OPINION | James Warburton needs to stamp out the arrogance at SEVEN
Arrogance is a sickness you can get away with when you’re winning but Seven is in so much trouble their CEO has just been given the arse. I remember when SEVEN first started winning and we were all told to be humble, not to brag.
But those lessons were lost long ago and now the people at Seven reek of arrogance.
I’ve been experiencing this first hand in my ongoing communication with the network. Any request for information has been met with short, sharp, snarky responses.
After 12 years of being Australia’s Number 1 network people working for the broadcaster have become cocky. It’s the same trap Nine fell into after years of ratings dominance. In fact Nine didn’t lose the ratings year to Seven until 2006, but if you look at the way it was being reported in the press at the time, you would be forgiven for thinking Seven claimed victory in 2004.
Nine had pissed so many people off that journos couldn’t wait to talk about its downfall.
Power corrupts and absolute power corrupts absolutely, so when you are no longer at the top people just can’t wait to kick you on the way down.
And that’s where Seven is now finding itself.
2019 will quite possibly be the year Nine overtakes it and gets back on top. Seven has struggled this year with just about every entertainment show flopping. News, sport and strong digital channels have kept the network in the game but scratch beneath the surface and you will see why the network recently changed its CEO by dumping Tim Worner.
Yes, the financials were also an issue; after write-downs Seven West Media recorded a loss of $434m but to also be under pressure from a resurgent Nine added fuel to the fire that change was needed.
Laurie Patton, a former executive at Seven told TV Blackbox;
“It looks like Seven’s management was so pleased at having finally beaten Nine and become the ratings leader they thought the good times would just roll on forever. Meanwhile the media landscape was dramatically changing and they were simply left behind. Kerry Stokes is correct. They need a change of strategy”.
Newly installed James Warburton has already talked about a change of strategy. That strategy will be hard to implement unless significant changes are made to senior levels at the network. Not only does production need to evolve its thoughts on what works with the audience (for too many years Seven has played it safe by holding on to its ageing audience) but other departments need to understand the changing world and how to deal with it.
Seven believes it can control the narrative through fear and bullshit. Unfortunately for them we live in the age of social media and PR spinners have lost the control they once had. Once upon a time a spinner could threaten to cut off access but information is so easily available now media outlets don’t need to play their game or play by their rules.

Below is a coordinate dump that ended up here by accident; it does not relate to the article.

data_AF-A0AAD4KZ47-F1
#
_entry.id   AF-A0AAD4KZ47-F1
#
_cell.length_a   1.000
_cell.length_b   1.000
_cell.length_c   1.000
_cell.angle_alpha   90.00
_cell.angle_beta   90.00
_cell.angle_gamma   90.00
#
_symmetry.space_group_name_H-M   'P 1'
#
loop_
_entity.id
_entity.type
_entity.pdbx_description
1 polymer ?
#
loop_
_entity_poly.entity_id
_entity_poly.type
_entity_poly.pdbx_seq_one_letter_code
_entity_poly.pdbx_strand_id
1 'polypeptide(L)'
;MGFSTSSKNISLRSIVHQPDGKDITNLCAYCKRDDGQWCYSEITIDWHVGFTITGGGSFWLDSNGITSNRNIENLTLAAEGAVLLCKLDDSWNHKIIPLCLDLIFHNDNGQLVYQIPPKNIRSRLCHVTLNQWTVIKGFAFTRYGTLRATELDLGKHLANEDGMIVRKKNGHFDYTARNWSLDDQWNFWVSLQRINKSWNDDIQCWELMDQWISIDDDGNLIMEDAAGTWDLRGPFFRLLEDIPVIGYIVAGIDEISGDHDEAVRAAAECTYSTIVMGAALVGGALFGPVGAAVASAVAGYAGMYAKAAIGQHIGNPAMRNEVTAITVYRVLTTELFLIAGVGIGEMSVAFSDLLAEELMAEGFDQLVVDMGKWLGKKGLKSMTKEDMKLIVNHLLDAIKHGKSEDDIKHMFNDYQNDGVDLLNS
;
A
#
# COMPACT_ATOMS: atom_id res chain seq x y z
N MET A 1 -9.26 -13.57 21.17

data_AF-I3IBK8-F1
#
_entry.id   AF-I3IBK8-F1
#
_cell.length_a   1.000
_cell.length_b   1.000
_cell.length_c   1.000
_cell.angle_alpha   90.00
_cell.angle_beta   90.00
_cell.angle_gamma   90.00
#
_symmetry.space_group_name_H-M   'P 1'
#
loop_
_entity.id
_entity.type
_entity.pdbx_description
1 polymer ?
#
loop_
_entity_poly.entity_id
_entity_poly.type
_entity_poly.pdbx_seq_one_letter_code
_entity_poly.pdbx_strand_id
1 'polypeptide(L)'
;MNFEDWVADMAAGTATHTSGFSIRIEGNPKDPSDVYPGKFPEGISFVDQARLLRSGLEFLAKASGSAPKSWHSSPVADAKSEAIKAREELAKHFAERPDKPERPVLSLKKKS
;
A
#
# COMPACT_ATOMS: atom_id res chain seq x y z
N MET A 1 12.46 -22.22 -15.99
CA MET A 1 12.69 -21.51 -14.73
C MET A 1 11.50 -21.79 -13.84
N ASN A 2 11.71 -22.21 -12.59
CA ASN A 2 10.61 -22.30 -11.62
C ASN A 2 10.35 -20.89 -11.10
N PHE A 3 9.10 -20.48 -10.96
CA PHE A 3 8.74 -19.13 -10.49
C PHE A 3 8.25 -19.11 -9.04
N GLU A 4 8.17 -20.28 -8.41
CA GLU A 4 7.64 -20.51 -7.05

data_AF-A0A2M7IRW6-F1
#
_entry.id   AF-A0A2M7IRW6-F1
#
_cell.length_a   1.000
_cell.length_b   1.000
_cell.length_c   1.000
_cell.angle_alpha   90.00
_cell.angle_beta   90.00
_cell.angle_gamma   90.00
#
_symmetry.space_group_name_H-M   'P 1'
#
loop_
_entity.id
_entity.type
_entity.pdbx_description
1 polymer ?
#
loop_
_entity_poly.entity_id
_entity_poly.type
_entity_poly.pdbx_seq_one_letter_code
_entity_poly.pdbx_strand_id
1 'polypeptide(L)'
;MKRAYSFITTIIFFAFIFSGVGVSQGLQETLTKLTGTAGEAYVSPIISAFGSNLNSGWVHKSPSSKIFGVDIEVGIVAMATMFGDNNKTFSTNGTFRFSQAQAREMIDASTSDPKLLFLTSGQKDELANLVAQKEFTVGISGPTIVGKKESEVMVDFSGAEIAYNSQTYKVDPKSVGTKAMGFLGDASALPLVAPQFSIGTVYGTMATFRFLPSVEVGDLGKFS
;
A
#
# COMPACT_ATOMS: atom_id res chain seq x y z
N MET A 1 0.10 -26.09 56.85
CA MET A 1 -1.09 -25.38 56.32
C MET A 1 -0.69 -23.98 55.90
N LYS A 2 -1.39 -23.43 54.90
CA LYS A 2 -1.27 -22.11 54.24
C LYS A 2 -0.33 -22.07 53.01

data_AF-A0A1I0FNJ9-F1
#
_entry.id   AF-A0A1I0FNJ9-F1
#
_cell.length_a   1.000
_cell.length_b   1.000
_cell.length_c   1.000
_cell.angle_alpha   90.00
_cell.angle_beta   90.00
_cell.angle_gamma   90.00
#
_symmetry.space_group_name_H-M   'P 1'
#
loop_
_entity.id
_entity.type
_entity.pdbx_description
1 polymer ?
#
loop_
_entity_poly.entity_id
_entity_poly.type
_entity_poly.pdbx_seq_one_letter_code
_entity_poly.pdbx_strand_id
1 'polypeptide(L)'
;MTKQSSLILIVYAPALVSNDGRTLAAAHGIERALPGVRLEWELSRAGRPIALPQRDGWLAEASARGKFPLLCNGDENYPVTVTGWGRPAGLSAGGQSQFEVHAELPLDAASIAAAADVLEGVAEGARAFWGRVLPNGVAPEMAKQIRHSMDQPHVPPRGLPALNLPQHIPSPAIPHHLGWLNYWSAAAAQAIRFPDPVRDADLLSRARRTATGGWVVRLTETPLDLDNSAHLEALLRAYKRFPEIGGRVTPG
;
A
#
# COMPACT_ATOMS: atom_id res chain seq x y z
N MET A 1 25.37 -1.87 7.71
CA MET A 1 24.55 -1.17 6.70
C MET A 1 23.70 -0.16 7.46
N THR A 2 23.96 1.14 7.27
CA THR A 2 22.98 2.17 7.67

Ignoring media outlets will not make them keep quiet.
Insulting media outlets will not make them keep quiet.
Bullying media outlets will not make them keep quiet.
Take TV Blackbox for example. Seven have never given us a story (or a ‘drop’ if you will). Every exclusive we have published has come from contacts. In fact whenever we have approached Seven about stories we have not been taken seriously but once we publish (and the story gets picked up) the network gets up in arms and starts giving other outlets background information about our story. This is despite the fact they have had the opportunity to be part of the original story.
Seven’s digital strategy has been an embarrassment and outside some interesting recent developments with 7 News, the old guard at the network simply do not get how the world is changed. Their stubborn refusal to work with us is causing them great harm. Our stories have great reach and are often picked up by many, many publications, but Seven would rather be reactionary when stories go viral rather than give us the time of day. It’s that kind of attitude that will see the network become extinct just like the dinosaurs.
I’ll give you an example. I have been working on a story about a new singing show Seven currently has in production. It is a studio based show that will be filming from the end of October until the end of November. When I approached Seven about this show, this was the response;
“If and when we have anything to say on any show, we'll press release it, as normal.”
That is a perfect example of their arrogance.
I politely told them I would not be waiting for their press releases as if I did that I wouldn’t have any exclusive stories, to which they replied;
“Always better to ask than, say, calling a playout centre and impersonating an employee!”
I’m sorry — WHAT!?
To question someone’s ethics in getting a story is a very big charge but it’s the kind of arrogance that runs throughout the corridors at Seven and the kind of arrogance others within the building wouldn’t think twice about.
So, from now on I will not contact Seven for information.
WE. ARE. DONE.
Any story I write about Seven will contain the following disclaimer;
“Seven has not been contacted for comment as they do not take any approach from TV Blackbox seriously. They also question our ethics and their sheer arrogance makes it a waste of time”
I like James Warburton and there’s nothing I would like more than to see him take a broom to the place and clear out the arrogant dead wood. Unless he changes the culture at Seven there are going to rough times ahead. I’ve seen it before with channel 9 and we are about to watch history repeat itself.
Oh, and if you ever feel like coming down off your ivory tower and talking to us, you know how to find me.